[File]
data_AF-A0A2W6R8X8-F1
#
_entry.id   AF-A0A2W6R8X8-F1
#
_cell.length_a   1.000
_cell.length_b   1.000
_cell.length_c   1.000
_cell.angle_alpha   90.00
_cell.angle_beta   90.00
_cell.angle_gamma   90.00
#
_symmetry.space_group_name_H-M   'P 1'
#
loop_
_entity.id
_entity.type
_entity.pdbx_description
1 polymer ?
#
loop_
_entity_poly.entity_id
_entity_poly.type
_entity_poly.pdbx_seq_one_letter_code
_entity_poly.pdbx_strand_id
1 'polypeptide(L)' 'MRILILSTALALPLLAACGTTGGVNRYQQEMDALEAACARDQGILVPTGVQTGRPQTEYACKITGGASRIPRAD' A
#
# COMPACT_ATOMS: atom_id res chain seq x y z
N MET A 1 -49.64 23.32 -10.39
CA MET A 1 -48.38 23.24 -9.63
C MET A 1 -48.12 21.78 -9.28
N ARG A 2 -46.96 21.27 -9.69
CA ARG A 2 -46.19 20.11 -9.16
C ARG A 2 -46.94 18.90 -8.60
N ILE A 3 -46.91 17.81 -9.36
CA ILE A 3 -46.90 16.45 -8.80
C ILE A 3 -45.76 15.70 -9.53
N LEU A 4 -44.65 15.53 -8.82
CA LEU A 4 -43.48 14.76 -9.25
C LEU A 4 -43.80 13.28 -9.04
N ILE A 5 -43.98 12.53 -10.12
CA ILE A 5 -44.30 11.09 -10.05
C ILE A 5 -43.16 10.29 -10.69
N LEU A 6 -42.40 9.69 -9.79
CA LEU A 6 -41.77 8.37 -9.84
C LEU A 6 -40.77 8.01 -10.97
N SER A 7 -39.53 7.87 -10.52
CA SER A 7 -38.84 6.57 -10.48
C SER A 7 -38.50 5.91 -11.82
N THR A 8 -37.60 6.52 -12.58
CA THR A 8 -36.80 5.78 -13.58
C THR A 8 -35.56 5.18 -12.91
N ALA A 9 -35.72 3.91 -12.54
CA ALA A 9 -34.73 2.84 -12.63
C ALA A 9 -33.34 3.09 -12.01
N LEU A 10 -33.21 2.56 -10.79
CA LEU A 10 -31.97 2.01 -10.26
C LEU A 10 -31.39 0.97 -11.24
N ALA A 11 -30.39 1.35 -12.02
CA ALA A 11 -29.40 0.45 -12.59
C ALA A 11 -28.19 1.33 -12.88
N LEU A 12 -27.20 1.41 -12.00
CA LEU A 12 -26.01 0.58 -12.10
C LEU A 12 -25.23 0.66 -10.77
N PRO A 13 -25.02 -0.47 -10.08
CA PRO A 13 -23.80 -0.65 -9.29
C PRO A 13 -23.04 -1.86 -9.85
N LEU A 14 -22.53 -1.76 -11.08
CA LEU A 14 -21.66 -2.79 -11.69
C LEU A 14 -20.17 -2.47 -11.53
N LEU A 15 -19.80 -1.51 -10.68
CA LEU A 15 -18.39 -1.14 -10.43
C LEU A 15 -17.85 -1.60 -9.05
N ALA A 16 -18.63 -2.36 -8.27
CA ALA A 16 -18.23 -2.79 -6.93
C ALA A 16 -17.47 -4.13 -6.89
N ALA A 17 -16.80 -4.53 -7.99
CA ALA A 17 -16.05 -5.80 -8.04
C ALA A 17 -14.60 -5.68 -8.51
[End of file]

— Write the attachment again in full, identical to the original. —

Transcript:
data_AF-A0A2W6R8X8-F1
#
_entry.id   AF-A0A2W6R8X8-F1
#
_cell.length_a   1.000
_cell.length_b   1.000
_cell.length_c   1.000
_cell.angle_alpha   90.00
_cell.angle_beta   90.00
_cell.angle_gamma   90.00
#
_symmetry.space_group_name_H-M   'P 1'
#
loop_
_entity.id
_entity.type
_entity.pdbx_description
1 polymer ?
#
loop_
_entity_poly.entity_id
_entity_poly.type
_entity_poly.pdbx_seq_one_letter_code
_entity_poly.pdbx_strand_id
1 'polypeptide(L)' 'MRILILSTALALPLLAACGTTGGVNRYQQEMDALEAACARDQGILVPTGVQTGRPQTEYACKITGGASRIPRAD' A
#
# COMPACT_ATOMS: atom_id res chain seq x y z
N MET A 1 -49.64 23.32 -10.39
CA MET A 1 -48.38 23.24 -9.63
C MET A 1 -48.12 21.78 -9.28
N ARG A 2 -46.96 21.27 -9.69
CA ARG A 2 -46.19 20.11 -9.16
C ARG A 2 -46.94 18.90 -8.60
N ILE A 3 -46.91 17.81 -9.36
CA ILE A 3 -46.90 16.45 -8.80
C ILE A 3 -45.76 15.70 -9.53
N LEU A 4 -44.65 15.53 -8.82
CA LEU A 4 -43.48 14.76 -9.25
C LEU A 4 -43.80 13.28 -9.04
N ILE A 5 -43.98 12.53 -10.12
CA ILE A 5 -44.30 11.09 -10.05
C ILE A 5 -43.16 10.29 -10.69
N LEU A 6 -42.40 9.69 -9.79
CA LEU A 6 -41.77 8.37 -9.84
C LEU A 6 -40.77 8.01 -10.97
N SER A 7 -39.53 7.87 -10.52
CA SER A 7 -38.84 6.57 -10.48
C SER A 7 -38.50 5.91 -11.82
N THR A 8 -37.60 6.52 -12.58
CA THR A 8 -36.80 5.78 -13.58
C THR A 8 -35.56 5.18 -12.91
N ALA A 9 -35.72 3.91 -12.54
CA ALA A 9 -34.73 2.84 -12.63
C ALA A 9 -33.34 3.09 -12.01
N LEU A 10 -33.21 2.56 -10.79
CA LEU A 10 -31.97 2.01 -10.26
C LEU A 10 -31.39 0.97 -11.24
N ALA A 11 -30.39 1.35 -12.02
CA ALA A 11 -29.40 0.45 -12.59
C ALA A 11 -28.19 1.33 -12.88
N LEU A 12 -27.20 1.41 -12.00
CA LEU A 12 -26.01 0.58 -12.10
C LEU A 12 -25.23 0.66 -10.77
N PRO A 13 -25.02 -0.47 -10.08
CA PRO A 13 -23.80 -0.65 -9.29
C PRO A 13 -23.04 -1.86 -9.85
N LEU A 14 -22.53 -1.76 -11.08
CA LEU A 14 -21.66 -2.79 -11.69
C LEU A 14 -20.17 -2.47 -11.53
N LEU A 15 -19.80 -1.51 -10.68
CA LEU A 15 -18.39 -1.14 -10.43
C LEU A 15 -17.85 -1.60 -9.05
N ALA A 16 -18.63 -2.36 -8.27
CA ALA A 16 -18.23 -2.79 -6.93
C ALA A 16 -17.47 -4.13 -6.89
N ALA A 17 -16.80 -4.53 -7.99
CA ALA A 17 -16.05 -5.80 -8.04
C ALA A 17 -14.60 -5.68 -8.51